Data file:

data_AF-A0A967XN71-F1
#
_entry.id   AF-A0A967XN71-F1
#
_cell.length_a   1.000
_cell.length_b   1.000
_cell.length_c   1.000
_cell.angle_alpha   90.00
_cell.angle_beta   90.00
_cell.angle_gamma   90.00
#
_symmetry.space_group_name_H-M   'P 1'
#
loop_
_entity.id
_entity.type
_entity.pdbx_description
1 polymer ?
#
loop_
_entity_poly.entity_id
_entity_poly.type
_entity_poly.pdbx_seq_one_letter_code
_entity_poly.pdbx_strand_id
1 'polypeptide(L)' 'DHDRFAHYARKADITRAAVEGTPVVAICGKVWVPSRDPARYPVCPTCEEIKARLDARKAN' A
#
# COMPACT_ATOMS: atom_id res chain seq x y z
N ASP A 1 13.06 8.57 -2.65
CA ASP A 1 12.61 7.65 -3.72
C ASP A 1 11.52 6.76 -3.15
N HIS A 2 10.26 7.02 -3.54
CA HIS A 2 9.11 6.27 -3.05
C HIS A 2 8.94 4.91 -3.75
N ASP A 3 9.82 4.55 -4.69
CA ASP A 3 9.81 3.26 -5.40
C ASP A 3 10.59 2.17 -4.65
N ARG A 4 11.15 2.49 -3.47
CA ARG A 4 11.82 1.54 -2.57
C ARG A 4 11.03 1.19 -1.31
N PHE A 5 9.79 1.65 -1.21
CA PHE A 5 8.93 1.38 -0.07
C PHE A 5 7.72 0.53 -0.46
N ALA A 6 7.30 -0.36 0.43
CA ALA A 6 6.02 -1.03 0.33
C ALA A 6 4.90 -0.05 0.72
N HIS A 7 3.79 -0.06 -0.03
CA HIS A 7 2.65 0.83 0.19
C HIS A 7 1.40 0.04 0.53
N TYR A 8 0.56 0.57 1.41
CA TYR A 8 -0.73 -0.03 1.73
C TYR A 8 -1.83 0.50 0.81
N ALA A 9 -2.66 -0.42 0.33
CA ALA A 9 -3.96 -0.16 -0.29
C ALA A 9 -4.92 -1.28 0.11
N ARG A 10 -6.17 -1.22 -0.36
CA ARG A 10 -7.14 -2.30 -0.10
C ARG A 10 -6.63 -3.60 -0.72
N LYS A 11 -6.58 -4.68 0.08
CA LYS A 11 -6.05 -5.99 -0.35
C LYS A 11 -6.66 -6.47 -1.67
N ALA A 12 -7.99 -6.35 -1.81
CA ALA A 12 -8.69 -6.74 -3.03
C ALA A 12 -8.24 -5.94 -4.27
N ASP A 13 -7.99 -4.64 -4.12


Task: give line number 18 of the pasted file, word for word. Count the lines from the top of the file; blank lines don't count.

1 polymer ?